When I asked a student in class the other day not to say “shut up” to another student, I was given a blank stare.
“That’s just the way we talk,” she said.
I was floored. I didn’t really know how to respond. I am thinking today about the difficulty of language and what place it has in the classroom. After having thought about it, I have decided that when I become a full time teacher, I will spend an entire class period early in the semester analyzing with the students the relationship between language and social division throughout history. Since the middle ages, language has been used as a weapon to divide society. If we dislike someone, we have words with which to express that anger. If we want to show that we’re smarter than someone else, we will use words they cannot understand. We have created classes based on the way we talk. For instance, historically certain words have been considered “taboo” in Christian circles as a seperation marker. If you say certain words, you receive less respect within your particular Christian faith community. It is not about what you mean when you say it, but merely the fact that you say it.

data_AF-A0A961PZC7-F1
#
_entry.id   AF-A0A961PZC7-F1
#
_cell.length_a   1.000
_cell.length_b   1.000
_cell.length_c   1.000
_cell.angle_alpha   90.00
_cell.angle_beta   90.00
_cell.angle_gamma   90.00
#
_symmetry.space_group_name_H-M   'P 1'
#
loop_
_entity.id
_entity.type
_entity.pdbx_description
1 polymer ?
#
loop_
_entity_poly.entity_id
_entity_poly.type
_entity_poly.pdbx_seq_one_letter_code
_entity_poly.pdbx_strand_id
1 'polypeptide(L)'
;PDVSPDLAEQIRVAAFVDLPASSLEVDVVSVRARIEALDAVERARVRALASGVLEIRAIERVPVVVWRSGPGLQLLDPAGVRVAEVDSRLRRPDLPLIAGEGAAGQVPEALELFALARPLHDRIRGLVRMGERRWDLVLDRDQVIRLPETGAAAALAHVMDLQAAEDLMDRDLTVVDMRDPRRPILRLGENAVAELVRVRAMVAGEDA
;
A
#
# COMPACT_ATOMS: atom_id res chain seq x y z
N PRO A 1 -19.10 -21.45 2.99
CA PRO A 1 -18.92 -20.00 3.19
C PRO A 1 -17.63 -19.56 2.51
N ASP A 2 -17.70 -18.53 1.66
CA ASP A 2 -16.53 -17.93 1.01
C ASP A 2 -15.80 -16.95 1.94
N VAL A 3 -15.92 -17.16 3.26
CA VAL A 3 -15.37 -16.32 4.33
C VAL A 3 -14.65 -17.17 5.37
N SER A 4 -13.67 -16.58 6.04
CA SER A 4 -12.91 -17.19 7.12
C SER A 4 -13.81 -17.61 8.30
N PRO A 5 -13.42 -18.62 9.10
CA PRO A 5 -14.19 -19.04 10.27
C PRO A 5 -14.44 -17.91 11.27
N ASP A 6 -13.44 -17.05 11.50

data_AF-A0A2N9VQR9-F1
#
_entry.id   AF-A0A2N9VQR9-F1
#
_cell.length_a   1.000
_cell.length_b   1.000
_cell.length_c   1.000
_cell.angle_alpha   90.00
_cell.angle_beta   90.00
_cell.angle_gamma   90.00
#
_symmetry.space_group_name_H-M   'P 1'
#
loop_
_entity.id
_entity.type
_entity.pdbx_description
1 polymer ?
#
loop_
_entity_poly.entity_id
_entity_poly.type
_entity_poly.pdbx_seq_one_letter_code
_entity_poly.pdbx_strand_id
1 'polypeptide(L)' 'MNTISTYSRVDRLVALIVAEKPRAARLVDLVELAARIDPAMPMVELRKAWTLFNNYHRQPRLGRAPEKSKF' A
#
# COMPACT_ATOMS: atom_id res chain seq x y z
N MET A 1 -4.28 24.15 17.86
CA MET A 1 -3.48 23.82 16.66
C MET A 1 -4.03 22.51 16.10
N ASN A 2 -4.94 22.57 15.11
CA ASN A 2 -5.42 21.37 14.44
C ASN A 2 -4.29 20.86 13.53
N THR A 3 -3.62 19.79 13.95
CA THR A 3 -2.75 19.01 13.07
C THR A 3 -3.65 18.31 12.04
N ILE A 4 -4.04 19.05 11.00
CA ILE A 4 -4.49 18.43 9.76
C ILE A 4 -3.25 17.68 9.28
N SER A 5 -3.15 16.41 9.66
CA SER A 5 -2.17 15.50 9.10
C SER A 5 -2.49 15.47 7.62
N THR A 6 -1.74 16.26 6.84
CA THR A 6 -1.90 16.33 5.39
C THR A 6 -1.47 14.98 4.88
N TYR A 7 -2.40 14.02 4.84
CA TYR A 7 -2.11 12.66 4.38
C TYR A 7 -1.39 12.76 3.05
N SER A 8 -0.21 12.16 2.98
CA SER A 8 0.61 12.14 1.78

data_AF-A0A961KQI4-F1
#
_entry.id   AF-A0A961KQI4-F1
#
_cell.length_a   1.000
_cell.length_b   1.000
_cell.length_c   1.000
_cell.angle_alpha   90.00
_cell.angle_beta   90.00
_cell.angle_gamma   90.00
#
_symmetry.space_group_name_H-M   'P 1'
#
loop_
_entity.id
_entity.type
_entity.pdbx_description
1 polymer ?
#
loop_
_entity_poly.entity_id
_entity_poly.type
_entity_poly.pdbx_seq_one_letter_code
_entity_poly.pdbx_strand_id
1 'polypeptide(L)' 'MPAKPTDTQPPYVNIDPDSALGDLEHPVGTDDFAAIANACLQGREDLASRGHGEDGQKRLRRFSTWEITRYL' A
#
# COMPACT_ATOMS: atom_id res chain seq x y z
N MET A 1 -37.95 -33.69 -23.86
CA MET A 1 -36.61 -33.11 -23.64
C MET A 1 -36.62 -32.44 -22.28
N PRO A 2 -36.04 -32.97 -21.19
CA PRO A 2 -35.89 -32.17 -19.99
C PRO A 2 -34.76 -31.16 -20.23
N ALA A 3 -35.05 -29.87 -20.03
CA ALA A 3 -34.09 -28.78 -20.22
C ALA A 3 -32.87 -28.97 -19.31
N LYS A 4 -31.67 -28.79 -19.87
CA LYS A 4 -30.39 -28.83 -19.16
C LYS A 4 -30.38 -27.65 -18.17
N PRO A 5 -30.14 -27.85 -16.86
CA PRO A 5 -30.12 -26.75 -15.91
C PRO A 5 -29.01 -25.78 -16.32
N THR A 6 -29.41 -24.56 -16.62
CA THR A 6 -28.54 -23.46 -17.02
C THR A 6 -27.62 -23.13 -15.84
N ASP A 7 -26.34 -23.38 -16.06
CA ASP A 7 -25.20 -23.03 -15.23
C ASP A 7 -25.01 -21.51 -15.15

Thus we have quite a difficult mess on our hands. How do we begin to bring students together in the classroom through language when it is precisely language that has seperated sub-cultures for so long?